In the 1980s I dated a girl who had five brothers and five sisters, all older than she. The one she admired most, we’ll call him “Tony,” was probably the funniest of the bunch, but he was also the most arrogant. One time this girlfriend told me that her brother thought that Richard Carpenter of The Carpenters was “the worst arranger in the history of music.”
That’s probably true. But who the f*ck is Tony to say that? A successful pop star? A talented musician? A professional music critic?
Tony is like everyone who creates those cutesy internet posters making fun of the band Nickelback. Guess what, internet memesters, you don’t even have a band, so shut your word hole. When you’ve sold more records that The Carpenters or Barry Manilow or The Doobie Brothers or Glen Campbell, then you can talk about what failures they are. Until then, by definition, you are a bigger failure than they are.
Within this same paradigm is an even bigger mystery: people who think their failures make them experts. Examples include drug addicts who become addiction counselors and divorced people who become marriage councilors. These people will tell you they are the only ones who can really understand because they’ve “been there.” But tell me this, if failure is such a great teacher: would you go to a doctor who flunked out of medical school?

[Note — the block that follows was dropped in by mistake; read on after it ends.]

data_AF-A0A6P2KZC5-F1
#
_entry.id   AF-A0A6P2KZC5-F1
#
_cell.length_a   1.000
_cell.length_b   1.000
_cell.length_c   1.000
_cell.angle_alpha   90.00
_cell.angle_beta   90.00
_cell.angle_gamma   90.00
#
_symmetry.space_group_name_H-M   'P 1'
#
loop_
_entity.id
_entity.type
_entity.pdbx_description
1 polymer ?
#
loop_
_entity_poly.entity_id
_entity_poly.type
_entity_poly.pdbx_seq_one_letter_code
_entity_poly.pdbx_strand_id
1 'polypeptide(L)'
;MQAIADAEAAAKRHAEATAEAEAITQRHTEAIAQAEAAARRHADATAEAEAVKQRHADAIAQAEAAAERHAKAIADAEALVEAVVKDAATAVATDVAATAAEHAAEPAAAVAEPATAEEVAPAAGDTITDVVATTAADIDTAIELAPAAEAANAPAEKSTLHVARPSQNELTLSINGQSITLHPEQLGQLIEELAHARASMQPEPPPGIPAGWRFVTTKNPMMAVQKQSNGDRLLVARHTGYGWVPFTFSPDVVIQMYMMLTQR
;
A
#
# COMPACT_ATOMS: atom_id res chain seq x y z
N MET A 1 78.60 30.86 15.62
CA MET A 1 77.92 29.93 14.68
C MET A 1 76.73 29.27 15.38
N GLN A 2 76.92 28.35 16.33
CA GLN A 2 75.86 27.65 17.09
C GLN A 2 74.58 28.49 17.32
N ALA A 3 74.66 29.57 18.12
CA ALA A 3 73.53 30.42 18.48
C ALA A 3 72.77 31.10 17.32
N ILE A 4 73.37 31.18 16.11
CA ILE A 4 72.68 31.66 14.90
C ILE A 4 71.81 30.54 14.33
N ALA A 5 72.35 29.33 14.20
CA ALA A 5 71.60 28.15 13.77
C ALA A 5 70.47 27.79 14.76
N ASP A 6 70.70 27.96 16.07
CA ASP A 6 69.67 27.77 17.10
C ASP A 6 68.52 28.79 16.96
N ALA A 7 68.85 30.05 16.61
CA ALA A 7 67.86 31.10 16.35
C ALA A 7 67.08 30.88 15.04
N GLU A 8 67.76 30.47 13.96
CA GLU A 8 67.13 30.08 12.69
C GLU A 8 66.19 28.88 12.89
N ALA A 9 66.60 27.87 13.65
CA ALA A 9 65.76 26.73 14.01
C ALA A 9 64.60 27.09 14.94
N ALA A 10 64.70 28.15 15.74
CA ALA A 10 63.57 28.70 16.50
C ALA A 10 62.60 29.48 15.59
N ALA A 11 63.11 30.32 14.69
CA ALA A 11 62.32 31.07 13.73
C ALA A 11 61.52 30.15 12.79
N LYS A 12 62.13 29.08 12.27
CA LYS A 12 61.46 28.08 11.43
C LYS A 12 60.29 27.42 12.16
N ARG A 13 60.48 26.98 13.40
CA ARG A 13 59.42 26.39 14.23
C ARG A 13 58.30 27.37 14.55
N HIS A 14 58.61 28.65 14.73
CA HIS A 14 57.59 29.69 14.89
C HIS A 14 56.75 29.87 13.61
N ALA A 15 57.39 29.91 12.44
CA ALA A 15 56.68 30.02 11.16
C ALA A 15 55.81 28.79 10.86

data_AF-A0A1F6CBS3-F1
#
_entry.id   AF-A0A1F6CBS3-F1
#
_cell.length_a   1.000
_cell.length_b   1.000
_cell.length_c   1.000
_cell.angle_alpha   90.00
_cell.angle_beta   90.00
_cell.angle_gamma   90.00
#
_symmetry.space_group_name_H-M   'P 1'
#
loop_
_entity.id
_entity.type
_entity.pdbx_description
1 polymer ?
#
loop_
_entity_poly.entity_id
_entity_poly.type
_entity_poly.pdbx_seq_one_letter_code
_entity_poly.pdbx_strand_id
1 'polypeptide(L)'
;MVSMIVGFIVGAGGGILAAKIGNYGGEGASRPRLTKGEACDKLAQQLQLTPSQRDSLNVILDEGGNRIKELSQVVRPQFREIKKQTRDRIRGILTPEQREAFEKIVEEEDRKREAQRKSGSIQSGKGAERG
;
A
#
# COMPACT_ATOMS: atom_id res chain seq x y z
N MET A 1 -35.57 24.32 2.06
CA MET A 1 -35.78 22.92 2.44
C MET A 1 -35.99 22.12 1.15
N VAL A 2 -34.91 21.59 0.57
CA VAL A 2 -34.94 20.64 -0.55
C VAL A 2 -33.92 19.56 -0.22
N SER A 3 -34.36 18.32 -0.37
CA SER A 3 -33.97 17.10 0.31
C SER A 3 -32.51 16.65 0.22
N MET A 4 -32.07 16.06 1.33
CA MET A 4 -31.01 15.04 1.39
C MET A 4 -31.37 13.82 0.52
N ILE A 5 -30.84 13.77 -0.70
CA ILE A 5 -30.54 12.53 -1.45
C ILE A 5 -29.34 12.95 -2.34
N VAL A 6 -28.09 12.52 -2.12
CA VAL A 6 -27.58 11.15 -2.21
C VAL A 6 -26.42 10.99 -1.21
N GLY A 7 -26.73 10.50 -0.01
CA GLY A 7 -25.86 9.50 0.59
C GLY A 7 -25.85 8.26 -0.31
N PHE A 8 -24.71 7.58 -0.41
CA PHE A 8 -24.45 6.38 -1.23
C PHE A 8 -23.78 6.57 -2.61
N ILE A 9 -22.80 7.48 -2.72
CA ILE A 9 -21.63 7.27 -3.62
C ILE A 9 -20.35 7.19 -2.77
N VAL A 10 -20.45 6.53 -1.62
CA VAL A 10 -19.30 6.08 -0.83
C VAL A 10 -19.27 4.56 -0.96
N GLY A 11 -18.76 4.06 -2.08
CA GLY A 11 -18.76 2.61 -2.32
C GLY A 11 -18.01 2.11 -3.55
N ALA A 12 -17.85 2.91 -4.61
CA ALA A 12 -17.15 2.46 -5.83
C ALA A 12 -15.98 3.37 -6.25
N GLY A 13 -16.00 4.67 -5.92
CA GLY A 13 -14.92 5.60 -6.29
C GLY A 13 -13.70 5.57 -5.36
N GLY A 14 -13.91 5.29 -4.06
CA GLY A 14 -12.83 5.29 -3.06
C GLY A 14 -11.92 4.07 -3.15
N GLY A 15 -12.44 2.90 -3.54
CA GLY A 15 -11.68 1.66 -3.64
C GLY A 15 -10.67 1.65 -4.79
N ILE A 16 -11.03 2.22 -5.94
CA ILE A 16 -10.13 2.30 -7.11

Also along those lines: I had a college roommate who asked me one time, “Why do they even make anti-perspirant?” He thought it was stupid to suppress your sweat. The flaw in his reasoning is that he honestly believed that if he didn’t like or want something, it shouldn’t even exist. How utterly egocentric and myopic.
I said on my teaching blog one time that, “I do not refer to myself as ‘master’ anything, since I believe a claim of being a master is fraught with peril, particularly the peril of being a master of not being a master.” I stand by that. I’m not an expert or a scholar or a master. I have something to give, that’s all. Take it and run with it.